I have been reading
Shaunta Grimes, Shannon Ashley, and several others.
They think writing as who you are is more important than writing what you want.
To this point, I have been writing what I want, artificial intelligence, augmented reality, Centering Prayer, Space, etc.
I just woke up after about 15 hours of sleep. I looked at my phone and there was an article from Medium on it. @Francis Korkor’s article “What type of people will never make it on Medium” was staring at me.
So I read it.
When I was
21-years-old they drafted me into Uncle Sams Army. That is AUS (Army of the United States) to civilians. That meant I was a draftee and not Regular Army (RA) (3-year volunteers).
I received my draft notice the day I was to take an Ethics Exam at the University of Minnesota-Duluth (UMD). (This was the first year of the draft lottery.)
The hockey team that has won the National Champions for the second time last year (2018).
If you have not guessed I am from-Northern Minnesota.
That is neither here nor there.
I received my draft notice the morning my bride, and I returned from our honeymoon.
I expected it since anybody that could breathe and wasn’t rich went in.
I went to the induction center in Minneapolis for my physical. We went out on the town that night. We went to the Gay 90s Bar. I was a hick from the sticks and did not understand what the Gay 90s meant — it was 1971.
After a few McMaster's and 7Up, I didn’t care what Gay 90s meant.
We started our flight at the
Mpls-St. Paul Internation Airport that afternoon. It was after dark when we landed. But it wasn’t at our assigned training base.
We landed — I don’t know where. But we were on our way to Fort Leonard Wood Missouri. We would soon call it Fort Misery.
They bussed us several hours in the dark.
We arrived at — somewhere in the dark. They herded us (yes that is the correct word) into a big room with rows and rows of tables.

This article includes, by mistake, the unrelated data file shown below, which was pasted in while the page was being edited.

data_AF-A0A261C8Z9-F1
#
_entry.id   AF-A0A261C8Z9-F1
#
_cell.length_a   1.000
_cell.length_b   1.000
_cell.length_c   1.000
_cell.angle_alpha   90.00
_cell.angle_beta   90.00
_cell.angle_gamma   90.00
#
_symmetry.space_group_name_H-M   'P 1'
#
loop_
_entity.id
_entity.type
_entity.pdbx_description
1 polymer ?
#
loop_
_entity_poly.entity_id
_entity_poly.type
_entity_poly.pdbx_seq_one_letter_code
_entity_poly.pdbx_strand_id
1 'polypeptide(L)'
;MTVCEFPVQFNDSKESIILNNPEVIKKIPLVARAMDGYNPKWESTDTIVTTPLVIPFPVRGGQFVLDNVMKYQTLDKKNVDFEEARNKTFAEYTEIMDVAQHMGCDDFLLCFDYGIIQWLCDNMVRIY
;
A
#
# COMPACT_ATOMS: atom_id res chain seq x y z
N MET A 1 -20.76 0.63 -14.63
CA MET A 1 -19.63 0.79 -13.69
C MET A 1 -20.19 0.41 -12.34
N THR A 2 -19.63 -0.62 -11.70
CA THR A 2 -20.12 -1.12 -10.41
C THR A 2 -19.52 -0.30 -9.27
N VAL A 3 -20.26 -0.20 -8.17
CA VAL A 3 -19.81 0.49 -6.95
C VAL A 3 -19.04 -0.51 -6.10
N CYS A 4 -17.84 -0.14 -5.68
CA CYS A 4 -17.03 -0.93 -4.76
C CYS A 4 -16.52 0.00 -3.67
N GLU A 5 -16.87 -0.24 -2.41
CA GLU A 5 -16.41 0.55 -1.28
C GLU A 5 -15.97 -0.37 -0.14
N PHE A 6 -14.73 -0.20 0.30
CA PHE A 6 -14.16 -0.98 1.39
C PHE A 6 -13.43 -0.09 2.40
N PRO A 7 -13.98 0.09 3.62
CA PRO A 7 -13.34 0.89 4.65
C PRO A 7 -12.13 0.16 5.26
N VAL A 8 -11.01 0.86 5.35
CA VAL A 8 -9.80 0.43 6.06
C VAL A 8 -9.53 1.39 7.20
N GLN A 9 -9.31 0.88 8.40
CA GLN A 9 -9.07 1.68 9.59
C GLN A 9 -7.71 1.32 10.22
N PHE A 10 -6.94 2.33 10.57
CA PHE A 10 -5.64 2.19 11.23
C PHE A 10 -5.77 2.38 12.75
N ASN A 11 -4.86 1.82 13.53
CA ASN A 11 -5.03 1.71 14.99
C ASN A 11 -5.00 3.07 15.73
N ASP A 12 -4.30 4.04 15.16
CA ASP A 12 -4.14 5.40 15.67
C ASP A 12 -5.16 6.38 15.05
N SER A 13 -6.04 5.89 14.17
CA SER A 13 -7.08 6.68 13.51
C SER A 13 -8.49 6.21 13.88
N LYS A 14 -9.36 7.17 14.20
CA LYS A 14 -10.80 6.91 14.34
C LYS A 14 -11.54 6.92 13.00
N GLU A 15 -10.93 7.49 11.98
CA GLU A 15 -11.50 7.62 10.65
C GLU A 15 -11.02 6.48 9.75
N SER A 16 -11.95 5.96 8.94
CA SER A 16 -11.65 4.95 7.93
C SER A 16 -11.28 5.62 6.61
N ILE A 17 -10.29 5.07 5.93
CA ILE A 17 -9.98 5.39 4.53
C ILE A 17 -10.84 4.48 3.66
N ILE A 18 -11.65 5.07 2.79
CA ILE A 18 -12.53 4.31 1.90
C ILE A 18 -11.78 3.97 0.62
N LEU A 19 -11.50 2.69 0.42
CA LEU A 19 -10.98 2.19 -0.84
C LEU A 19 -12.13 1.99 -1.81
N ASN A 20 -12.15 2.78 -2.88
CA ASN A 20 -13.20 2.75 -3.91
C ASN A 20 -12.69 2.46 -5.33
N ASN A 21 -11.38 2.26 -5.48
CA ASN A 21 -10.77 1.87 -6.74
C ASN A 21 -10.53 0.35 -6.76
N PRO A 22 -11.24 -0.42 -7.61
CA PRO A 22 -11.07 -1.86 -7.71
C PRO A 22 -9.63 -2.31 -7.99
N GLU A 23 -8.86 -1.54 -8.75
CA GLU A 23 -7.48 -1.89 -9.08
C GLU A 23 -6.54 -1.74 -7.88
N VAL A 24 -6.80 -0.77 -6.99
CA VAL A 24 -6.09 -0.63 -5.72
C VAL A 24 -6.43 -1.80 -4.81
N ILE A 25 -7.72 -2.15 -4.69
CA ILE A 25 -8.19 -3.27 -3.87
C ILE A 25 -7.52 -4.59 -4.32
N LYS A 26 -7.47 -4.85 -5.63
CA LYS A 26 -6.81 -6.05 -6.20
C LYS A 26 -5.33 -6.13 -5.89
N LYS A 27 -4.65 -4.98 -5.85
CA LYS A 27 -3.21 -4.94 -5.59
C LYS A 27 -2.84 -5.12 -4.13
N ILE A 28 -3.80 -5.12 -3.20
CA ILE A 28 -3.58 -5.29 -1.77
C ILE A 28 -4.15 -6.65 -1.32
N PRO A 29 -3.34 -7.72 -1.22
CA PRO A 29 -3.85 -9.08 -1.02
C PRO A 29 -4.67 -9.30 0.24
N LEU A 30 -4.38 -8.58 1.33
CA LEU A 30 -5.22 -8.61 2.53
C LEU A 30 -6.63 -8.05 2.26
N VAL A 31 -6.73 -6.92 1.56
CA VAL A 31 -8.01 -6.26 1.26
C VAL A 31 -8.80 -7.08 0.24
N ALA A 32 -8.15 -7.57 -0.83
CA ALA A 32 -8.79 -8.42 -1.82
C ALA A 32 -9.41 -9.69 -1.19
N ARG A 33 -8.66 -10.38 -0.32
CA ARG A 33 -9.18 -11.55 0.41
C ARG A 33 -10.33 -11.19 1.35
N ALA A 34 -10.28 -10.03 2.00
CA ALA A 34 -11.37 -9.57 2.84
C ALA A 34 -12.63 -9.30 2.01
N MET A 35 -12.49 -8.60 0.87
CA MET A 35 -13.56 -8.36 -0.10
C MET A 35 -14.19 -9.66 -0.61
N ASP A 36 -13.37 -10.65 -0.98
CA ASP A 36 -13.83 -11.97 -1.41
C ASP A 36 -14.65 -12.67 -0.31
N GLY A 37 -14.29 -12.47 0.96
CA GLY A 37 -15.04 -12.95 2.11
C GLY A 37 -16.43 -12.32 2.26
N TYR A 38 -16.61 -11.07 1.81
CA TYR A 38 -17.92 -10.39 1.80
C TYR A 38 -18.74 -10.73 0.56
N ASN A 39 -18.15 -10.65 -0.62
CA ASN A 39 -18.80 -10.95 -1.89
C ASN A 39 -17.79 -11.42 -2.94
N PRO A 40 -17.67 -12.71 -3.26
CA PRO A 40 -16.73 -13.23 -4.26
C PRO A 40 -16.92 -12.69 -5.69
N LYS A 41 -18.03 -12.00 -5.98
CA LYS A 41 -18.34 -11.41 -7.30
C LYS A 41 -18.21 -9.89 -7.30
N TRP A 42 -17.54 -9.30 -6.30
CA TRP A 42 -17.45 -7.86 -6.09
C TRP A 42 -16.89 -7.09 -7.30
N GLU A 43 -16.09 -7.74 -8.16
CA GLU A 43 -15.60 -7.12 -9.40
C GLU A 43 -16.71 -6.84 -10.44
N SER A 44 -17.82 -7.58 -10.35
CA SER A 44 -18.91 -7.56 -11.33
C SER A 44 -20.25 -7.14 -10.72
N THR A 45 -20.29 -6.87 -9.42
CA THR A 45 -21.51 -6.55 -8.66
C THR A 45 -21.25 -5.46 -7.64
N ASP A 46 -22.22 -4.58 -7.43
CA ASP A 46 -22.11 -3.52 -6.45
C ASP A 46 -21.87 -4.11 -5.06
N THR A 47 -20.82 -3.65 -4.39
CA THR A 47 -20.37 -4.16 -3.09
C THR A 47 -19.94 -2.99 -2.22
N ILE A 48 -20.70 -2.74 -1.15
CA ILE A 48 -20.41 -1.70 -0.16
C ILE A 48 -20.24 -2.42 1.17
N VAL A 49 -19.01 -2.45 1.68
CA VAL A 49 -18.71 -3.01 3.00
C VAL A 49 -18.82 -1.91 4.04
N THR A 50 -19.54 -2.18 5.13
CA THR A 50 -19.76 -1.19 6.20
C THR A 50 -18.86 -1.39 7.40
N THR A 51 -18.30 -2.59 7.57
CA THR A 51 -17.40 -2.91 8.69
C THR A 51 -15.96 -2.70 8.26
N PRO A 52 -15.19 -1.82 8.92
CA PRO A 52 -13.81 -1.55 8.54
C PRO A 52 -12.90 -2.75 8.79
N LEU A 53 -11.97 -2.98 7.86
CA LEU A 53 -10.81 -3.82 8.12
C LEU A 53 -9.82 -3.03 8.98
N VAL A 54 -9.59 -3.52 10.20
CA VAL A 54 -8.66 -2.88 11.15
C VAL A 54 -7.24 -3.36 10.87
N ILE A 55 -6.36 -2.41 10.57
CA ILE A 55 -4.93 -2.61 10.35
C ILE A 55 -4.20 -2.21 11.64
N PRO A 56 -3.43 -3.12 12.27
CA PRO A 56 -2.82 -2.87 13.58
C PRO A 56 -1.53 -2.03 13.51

They passed us papers after papers. We filled them out and passed them to the head of the table (to my right).
After we completed that we had some dry bread and dry cheese sandwiches with coffee if we wanted.
We continued on. First to get uniforms — herded into rooms to try on boots, pants, shirts, field jackets — mostly they guessed at our sizes and three stuff at us.
They tossed us a big bag in which we stuffed everything thrown at us.
No sleep yet!
They herded us back on busses and took to an old; I mean old wooden building.
After two weeks of test-taking and learning how to march and calisthenics they graduated us to Quonset Hut Barracks where we spent the next 10 weeks.
I learned more about myself in boot camp than about Army protocol. Except that everything
was shouted at us.
I learned I could count on myself in trying times. I guess that ways the point.
After Basic Training I got two weeks off and spent it at my bride’s parent’s home.
After the two weeks, we embarked on our trip to Fort McClellan AL. Since I passed a typing test in basic, I started as a Permanent Party-no AIT (Advanced Individual Training).
I had packed all the wedding gifts on top of our 1965 Pontiac Star Chief. Not SMART. DAMN DUMB! About twenty minutes out of town (I was driving slow knowing that we had the precious cargo on board — no not the dog and cat).
Then a semi-tractor trailer flew by and pulled all of my carefully packed gifts off the car and into a ditch.